• April 1, 2017 9:31 PM EDT

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      Scratch built, even cooler!!!

      Yea,  the cab shapes look like a pretty straight forward fabrication: brake, slip rolls and nibbler.

      I assume the axle bearings are press fit in the journal blocks??

      Rick

      This post was edited by Rick Marty at April 1, 2017 9:32 PM EDT
    • April 1, 2017 9:59 PM EDT
      • Burbank, CA
         
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      Rick Marty said:

       

      Scratch built, even cooler!!!

      Yea,  the cab shapes look like a pretty straight forward fabrication: brake, slip rolls and nibbler.

      I assume the axle bearings are press fit in the journal blocks??

      Rick

      Yes the bearing pockets will be a couple of tenths smaller than the bearings. Makes a real easy press fit into the aluminum. 

      The funny thing about this build is that Rich Eaton (owner of Eaton Custom Engineering in Castle Rock, WA) builds these RTR or they can be purchased in "kit form" in "modules". When I purchased my rail bender from him, that's when I noticed this little engine. RTR they are about $3000, painted and delivered. You save about $500 when you purchase the kit. I inquired about a kit and he told me with my experience, he would just tell me what materials to buy, the sprockets I needed (pitch, diameter, etc.) and he even sent me a couple of cad drawings :)! So he is actually helping me to build this thing with tips and suggestions and a couple of drawings. I'm getting this engine for less than a 1/3 of the cost bhy doing the work and designing myself. Pretty nice guy to deal with. He's also an Air Force veteran :) and flies helicopters.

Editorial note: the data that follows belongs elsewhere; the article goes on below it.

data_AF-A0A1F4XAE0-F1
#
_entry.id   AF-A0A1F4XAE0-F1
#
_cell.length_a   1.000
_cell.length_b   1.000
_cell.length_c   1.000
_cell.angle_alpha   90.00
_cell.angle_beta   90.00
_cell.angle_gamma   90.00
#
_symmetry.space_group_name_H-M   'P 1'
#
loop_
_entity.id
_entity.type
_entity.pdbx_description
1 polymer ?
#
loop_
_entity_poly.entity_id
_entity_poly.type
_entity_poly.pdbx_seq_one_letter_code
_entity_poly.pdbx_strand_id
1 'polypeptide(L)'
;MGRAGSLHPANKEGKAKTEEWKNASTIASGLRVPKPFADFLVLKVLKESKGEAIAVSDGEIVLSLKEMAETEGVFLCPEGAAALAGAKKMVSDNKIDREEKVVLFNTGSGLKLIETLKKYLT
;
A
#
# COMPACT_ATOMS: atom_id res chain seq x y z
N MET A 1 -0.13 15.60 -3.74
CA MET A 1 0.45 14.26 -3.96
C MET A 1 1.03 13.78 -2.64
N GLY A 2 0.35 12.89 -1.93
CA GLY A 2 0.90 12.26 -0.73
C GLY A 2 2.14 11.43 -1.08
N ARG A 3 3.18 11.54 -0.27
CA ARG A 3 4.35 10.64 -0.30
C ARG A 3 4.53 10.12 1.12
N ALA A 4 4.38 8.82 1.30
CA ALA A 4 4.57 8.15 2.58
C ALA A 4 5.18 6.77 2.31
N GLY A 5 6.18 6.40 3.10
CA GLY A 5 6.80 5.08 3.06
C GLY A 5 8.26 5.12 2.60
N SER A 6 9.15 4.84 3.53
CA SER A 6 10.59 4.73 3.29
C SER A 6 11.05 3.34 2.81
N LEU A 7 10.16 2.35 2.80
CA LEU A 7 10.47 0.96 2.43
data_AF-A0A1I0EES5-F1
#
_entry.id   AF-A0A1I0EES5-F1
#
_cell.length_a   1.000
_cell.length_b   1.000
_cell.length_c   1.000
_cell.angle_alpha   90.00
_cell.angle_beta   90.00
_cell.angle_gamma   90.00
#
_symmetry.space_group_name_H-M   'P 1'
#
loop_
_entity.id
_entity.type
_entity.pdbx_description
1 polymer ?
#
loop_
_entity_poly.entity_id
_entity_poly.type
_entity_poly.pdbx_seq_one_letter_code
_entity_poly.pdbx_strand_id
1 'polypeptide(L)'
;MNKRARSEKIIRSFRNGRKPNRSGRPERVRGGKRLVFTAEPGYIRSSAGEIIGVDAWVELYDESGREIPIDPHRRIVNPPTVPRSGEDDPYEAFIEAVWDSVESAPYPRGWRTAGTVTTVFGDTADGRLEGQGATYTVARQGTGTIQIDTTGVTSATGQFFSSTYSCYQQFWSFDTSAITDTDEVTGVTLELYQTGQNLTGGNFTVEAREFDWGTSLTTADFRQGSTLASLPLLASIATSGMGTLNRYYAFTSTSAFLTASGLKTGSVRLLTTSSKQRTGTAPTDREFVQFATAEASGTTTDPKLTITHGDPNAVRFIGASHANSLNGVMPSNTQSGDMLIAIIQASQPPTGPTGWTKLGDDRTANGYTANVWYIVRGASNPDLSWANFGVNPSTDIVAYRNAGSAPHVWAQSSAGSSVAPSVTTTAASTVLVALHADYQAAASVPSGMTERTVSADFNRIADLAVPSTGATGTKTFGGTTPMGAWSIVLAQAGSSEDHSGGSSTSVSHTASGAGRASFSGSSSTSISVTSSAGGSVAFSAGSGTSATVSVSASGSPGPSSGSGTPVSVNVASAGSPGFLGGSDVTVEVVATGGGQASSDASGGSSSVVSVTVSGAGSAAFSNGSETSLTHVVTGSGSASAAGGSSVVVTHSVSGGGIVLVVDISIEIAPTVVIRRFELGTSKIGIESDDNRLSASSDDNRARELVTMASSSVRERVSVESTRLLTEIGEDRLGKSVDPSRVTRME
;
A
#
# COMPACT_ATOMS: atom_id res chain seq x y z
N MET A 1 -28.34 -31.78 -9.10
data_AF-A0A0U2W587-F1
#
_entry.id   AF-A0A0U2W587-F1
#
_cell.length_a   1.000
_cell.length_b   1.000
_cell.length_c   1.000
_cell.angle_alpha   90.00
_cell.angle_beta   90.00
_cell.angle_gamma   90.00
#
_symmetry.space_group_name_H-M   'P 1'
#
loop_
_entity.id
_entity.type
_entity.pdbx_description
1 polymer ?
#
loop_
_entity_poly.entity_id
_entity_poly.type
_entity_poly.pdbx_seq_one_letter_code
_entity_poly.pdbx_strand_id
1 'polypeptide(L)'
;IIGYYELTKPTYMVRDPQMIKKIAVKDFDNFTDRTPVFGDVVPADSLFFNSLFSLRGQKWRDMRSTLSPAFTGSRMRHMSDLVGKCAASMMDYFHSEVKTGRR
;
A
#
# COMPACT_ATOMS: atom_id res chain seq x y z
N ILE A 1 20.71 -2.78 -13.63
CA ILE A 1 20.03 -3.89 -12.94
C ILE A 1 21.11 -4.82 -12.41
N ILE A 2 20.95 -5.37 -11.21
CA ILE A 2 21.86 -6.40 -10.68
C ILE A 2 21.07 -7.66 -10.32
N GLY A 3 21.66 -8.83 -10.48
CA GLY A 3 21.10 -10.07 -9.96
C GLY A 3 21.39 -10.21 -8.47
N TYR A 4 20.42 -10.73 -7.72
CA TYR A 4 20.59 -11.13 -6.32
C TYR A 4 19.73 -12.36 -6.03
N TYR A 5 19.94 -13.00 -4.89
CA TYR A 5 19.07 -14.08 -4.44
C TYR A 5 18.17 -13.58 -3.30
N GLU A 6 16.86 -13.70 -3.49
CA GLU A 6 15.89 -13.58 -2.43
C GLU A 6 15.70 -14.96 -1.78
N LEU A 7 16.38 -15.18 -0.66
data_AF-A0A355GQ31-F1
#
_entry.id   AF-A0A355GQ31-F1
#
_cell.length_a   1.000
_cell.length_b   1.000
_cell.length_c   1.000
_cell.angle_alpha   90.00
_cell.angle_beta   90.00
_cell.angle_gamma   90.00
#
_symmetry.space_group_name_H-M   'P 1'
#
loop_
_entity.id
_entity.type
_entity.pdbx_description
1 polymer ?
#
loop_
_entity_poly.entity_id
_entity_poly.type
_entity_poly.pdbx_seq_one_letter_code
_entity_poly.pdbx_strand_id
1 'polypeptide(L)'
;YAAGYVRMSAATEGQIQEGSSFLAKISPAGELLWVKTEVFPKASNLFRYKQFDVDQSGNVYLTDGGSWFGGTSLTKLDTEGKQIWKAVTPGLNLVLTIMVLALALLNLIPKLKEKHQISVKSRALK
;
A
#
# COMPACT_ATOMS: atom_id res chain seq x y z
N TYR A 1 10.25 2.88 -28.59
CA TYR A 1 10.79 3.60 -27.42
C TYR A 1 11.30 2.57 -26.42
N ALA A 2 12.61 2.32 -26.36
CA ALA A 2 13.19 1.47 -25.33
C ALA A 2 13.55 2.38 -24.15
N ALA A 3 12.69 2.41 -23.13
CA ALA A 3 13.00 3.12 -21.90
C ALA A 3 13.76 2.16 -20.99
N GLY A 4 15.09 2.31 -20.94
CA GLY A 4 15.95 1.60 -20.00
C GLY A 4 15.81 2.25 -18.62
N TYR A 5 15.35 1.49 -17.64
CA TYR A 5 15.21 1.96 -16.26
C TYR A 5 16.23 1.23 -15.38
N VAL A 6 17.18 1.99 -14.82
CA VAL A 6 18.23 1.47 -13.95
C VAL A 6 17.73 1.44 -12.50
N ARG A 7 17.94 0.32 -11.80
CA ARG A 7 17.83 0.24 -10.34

Also this engine is wireless controlled and has Phoenix Sound. I don't even have to ride this engine to run it. I can sit on a bench at the club and "watch it go around the club track". The range is about 200 feet! He has a couple of Youtube videos showing it doing that! Very impressive little engine!

      In my other post on building a turnout, the switch stand shown is one he GAVE me. The guy is pretty cool!

      This post was edited by Gary Armitstead at April 1, 2017 10:04 PM EDT
    • April 1, 2017 11:17 PM EDT

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       Pretty nice guy to deal with. He's also an Air Force veteran :) and flies helicopters.

      Also this engine is wireless controlled and has Phoenix Sound. I don't even have to ride this engine to run it. I can sit on a bench at the club and "watch it go around the club track". The range is about 200 feet! He has a couple of Youtube videos showing it doing that! Very impressive little engine!

      In my other post on building a turnout, the switch stand shown is one he GAVE me. The guy is pretty cool!

       

      Well being an Air Force Vet he has no other option but to be "pretty cool"

      What is also cool is the Phoenix sound and didn't you say it was Airwire control?  Just like running our 1:20 stuff except you can wander over and go for a ride.

      The Grand Kids will love this.  Do they know your building it for them?